He wrote a book with the title Dreams of a Final Theory” in which the notion of a final theory permeates his thinking. A final theory means a set of mathematical rules that describe with complete generality and complete precision the ...
Author: Freeman Dyson
Publisher: New York Review of Books
In this sequel to The Scientist as Rebel (2006), Freeman Dyson—whom The Times of London calls “one of the world’s most original minds”—celebrates openness to unconventional ideas and “the spirit of joyful dreaming” in which he believes that science should be pursued. Throughout these essays, which range from the creation of the Royal Society in the seventeenth century to the scientific inquiries of the Romantic generation to recent books by Daniel Kahneman and Malcolm Gladwell, he seeks to “break down the barriers that separate science from other sources of human wisdom.” Dyson discusses twentieth-century giants of physics such as Richard Feynman, J. Robert Oppenheimer, Paul Dirac, and Steven Weinberg, many of whom he knew personally, as well as Winston Churchill’s pursuit of nuclear weapons for Britain and Wernher von Braun’s pursuit of rockets for space travel. And he takes a provocative, often politically incorrect approach to some of today’s most controversial scientific issues: global warming, the current calculations of which he thinks are probably wrong; the future of biotechnology, which he expects to dominate our lives in the next half-century as the tools to design new living creatures become available to everyone; and the flood of information in the digital age. Dyson offers fresh perspectives on the history, the philosophy, and the practice of scientific inquiry—and even on the blunders, the wild guesses and wrong theories that are also part of our struggle to understand the wonders of the natural world.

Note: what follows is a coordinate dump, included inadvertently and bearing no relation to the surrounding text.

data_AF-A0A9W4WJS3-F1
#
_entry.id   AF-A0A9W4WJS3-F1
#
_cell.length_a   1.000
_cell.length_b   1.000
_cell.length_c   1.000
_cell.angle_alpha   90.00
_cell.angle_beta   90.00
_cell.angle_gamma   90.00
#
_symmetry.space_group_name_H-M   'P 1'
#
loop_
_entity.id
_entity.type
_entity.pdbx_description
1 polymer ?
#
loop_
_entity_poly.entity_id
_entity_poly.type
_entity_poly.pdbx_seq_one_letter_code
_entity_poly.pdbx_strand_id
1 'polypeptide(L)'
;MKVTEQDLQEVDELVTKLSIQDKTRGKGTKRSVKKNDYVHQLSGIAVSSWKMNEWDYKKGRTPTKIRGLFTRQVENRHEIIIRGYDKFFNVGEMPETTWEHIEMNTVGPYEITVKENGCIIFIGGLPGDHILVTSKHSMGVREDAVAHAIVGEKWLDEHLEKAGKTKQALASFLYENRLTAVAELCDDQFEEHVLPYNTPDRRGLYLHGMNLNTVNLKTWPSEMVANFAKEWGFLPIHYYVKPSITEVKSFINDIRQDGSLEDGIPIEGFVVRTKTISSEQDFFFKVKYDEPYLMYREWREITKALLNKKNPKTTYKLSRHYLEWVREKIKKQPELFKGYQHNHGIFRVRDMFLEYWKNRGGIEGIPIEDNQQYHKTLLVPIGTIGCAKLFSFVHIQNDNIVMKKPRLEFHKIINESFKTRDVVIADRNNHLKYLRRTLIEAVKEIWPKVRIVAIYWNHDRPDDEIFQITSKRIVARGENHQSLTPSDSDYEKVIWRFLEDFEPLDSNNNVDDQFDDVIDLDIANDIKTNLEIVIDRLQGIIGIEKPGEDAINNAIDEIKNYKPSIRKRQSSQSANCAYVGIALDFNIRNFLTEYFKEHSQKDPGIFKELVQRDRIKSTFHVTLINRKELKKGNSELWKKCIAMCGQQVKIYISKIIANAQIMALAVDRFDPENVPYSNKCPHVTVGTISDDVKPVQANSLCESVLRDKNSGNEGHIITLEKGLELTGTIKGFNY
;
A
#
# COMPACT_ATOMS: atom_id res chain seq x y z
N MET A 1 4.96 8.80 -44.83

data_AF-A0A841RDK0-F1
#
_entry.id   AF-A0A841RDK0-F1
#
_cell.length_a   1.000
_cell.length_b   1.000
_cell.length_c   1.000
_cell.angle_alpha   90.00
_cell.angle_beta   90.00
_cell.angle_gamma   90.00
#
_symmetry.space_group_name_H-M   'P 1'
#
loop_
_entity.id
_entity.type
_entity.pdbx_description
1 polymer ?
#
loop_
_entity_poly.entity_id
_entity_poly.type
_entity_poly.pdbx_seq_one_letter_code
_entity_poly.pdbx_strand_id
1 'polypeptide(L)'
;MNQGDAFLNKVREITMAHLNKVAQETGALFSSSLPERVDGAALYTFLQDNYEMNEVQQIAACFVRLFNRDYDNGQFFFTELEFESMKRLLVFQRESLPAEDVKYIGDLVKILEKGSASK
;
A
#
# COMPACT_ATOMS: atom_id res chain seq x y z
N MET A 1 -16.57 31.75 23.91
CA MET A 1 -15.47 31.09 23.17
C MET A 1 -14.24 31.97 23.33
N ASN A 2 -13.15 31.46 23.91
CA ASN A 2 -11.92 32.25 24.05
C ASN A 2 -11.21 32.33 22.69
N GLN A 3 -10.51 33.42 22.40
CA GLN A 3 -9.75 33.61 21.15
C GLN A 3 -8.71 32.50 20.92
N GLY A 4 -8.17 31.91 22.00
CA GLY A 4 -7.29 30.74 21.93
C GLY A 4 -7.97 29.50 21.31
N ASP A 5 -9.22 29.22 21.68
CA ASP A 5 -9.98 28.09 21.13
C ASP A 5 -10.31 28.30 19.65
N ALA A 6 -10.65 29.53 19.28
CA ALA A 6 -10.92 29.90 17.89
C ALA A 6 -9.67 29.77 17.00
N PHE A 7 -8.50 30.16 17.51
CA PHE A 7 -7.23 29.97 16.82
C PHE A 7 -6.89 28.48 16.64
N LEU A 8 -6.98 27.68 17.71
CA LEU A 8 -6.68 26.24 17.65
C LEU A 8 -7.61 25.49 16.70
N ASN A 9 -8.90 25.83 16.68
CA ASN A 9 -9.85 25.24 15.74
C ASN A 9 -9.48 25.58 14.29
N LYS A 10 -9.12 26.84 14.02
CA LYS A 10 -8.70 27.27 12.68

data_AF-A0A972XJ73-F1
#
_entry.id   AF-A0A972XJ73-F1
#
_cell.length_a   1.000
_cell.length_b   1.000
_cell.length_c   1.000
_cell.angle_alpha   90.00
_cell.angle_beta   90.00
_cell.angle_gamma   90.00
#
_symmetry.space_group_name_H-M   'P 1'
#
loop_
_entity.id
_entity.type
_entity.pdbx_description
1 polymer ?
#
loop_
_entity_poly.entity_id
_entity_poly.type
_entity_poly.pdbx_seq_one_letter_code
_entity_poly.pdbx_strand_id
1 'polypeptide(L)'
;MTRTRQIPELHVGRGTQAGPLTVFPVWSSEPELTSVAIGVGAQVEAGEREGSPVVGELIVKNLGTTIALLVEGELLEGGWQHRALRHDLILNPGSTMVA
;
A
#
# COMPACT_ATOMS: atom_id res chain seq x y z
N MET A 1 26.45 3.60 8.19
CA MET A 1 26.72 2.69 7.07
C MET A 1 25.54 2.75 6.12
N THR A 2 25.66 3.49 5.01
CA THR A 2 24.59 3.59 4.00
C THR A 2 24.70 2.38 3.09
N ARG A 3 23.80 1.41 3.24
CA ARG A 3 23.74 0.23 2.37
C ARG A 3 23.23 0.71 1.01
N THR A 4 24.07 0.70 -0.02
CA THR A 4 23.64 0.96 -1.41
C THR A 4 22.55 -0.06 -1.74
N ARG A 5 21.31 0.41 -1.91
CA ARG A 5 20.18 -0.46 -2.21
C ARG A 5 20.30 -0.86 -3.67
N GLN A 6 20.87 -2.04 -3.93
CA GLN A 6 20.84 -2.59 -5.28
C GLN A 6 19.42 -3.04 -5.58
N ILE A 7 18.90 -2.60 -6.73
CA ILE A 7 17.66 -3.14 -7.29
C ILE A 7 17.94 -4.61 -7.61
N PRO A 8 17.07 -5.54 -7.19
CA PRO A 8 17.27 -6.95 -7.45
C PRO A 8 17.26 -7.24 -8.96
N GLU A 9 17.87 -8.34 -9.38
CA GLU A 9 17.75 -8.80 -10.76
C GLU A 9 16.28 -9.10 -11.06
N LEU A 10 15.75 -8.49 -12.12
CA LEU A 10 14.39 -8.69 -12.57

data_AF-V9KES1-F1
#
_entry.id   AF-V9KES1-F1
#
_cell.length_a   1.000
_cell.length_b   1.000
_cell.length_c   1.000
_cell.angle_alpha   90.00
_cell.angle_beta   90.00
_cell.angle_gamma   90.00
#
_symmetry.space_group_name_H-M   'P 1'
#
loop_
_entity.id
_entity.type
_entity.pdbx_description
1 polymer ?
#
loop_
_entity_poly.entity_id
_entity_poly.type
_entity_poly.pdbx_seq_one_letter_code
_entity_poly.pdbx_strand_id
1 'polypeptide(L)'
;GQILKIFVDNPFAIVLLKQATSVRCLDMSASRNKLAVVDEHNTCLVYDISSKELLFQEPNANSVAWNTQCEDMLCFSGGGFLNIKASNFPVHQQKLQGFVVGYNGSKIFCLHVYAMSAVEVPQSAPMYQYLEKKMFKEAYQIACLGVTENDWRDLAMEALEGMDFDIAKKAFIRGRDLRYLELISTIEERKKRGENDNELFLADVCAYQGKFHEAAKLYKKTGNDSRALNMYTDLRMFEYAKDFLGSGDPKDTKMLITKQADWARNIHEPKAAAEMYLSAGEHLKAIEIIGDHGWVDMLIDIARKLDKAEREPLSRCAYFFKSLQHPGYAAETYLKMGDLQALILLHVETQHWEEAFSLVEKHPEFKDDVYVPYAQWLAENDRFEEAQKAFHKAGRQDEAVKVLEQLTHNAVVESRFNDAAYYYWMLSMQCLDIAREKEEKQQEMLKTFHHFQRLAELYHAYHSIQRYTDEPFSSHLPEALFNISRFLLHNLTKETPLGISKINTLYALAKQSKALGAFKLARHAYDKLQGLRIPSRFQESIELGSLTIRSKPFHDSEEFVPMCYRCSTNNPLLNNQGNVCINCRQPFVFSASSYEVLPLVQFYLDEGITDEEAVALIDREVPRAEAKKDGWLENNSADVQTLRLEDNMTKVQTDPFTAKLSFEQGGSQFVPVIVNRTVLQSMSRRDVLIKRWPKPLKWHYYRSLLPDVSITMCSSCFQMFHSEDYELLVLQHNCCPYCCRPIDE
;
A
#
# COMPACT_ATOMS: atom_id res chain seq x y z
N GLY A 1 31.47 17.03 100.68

As promised, he did return to it in 1992 in Dreams of a Final Theory: The Scientist's Search for the Ultimate Laws of Nature: “In my 1977 book, The First Three Minutes, I was rash enough to remark that 'the more the universe seems ...
Author: Nasser Zakariya
Publisher: University of Chicago Press